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Real Estate Investment Tips

By - 2008

Here are eighteen random - but hopefully useful - real estate investment tips, including a few you probably haven't read before.

Who Are Your Tenants?

When buying apartment buildings, review the applications of the current tenants. Of course they should have employment listed, but consider the employers. Are they stable companies that are likely to be around for a long time? Are many (or even most) of the tenants employed by the same company? If so, you could have a big problem with rent collection if that one company has trouble or lays off employees.

Neighborhood Safety

To gauge how safe a neighborhood is, you can talk to the local police. The most important issue is whether the area is stable (or getting safer), or if crime rates are increasing. The latter is a bad sign for investments. You might also walk the area during the day and again at night, to see how the streets are after dark. Some areas are safe during the day, but are full of criminal activity at night.

Future of the Community

Companies and organizations that are a part of why people choose to live where they do can close or fail, causing declining property values. For example, a hospital closing can seriously affect the desire of people to move to an area, in addition to the damage the loss of jobs can do. Ask around, to see if hospitals, fire stations and other important local institutions have been in trouble or are considering closing.

Your Personal Life

Consider what is going on - and will be going on - in your personal life when deciding on a real estate investing strategy. Be sure that the money you are investing won't be needed for other purposes anytime soon, and that you'll have the time to complete any projects you start on schedule. Part-time investors have been known to take an extra year to complete a fixer upper, for example, because they don't have enough time after working too many hours at work. A years holding costs come straight out of the profits in these cases.

Insurance Claims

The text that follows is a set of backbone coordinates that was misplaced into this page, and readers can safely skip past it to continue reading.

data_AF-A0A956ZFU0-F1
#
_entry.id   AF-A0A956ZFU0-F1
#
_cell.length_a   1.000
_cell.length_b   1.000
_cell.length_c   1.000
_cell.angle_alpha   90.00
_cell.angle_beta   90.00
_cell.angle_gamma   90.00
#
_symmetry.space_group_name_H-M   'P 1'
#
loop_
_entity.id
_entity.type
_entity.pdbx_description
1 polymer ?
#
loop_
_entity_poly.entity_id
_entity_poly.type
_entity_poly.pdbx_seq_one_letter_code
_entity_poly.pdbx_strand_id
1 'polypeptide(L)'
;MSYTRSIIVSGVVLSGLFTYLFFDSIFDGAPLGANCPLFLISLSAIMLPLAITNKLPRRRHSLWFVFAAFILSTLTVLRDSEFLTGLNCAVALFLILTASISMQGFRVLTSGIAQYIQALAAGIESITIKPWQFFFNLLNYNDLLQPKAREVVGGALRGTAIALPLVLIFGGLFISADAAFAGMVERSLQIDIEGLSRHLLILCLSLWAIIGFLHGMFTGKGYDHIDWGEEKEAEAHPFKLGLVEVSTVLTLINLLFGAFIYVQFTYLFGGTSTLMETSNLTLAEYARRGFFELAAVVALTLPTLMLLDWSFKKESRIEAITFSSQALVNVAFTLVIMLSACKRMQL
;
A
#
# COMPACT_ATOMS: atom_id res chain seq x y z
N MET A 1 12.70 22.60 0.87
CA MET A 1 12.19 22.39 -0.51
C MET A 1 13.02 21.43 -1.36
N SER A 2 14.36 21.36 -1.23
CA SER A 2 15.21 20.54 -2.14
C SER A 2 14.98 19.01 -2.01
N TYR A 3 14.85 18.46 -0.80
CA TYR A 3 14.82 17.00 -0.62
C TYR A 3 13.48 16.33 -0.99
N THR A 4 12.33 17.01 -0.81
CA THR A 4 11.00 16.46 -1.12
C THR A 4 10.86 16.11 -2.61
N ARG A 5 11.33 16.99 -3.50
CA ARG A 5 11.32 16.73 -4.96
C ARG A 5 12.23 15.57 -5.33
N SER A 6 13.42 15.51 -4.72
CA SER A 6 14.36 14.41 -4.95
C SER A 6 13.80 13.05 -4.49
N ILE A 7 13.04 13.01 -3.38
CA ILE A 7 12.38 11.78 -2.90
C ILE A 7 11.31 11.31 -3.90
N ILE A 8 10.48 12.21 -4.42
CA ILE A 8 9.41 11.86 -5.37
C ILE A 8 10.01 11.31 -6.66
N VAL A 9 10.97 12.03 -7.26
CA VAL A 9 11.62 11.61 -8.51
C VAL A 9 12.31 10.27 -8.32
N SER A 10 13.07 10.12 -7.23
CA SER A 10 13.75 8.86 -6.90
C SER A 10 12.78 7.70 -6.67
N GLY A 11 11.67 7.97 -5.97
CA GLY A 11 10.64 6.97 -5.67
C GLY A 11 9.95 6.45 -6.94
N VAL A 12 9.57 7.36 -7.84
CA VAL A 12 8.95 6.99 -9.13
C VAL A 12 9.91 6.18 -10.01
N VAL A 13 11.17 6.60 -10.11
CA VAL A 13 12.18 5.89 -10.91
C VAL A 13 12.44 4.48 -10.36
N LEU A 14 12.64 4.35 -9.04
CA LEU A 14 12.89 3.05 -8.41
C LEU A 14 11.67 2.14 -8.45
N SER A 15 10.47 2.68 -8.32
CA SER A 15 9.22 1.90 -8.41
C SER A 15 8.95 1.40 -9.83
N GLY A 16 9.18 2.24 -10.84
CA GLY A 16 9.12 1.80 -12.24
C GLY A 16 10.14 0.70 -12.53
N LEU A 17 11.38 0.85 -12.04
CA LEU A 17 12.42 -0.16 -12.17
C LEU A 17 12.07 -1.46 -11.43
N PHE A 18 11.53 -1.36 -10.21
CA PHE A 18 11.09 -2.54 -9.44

When buying insurance, ask to see the forms that you'll have to fill out to file a claim. Does it make sense to you? Ask how long it takes to get paid on a claim, and even ask for a recent example. You want a company that is not just reasonable in their charges, but fast and easy to deal with.

Safety of Insurance

Cheap insurance isn't a good deal if the company goes out of business by the time you have a claim. Check the financial condition of the insurance companies you are considering using. You can get rating of the various insurers at www.insure.com, www.ambest.com, or www.moodys.com.

Hidden Problems

New repairs and improvements may be hiding something. A new textured ceiling often hides cracks, for example, and new siding can hide rotten wood. New paint on basement walls may be covering water stains from previous leakage. If you think this may be the case, ask the seller, and have him verify the condition in writing.

Inspectors Who Are Not Contractors

Don't use inspectors who hope to be hired by you later to do necessary repairs. They may find "problems" just to generate business for themselves. Hire an inspector that is just there to inspect.

Floor Jacks

Typical basement jacks look like pipes that have an adjustable screw at the top. They are used to level the floor above, or to strengthen an older floor to prevent sagging. They may indicate serious sagging in the structure, so get a professional inspector if you see them.

DIY Inspection

There are many things that you probably intend to do when looking at a house, but forget to do. These include turning on all faucets, flushing all toilets, and testing the heater and air conditioner. One sure way to remember all of these is to have a good inspection checklist for yourself and use it every time you look at a house.

Note:

This page continues with more real estate investment tips, on the page More Real Estate Investor Tips.

(You'll also find a list of other pages related to investing there.)


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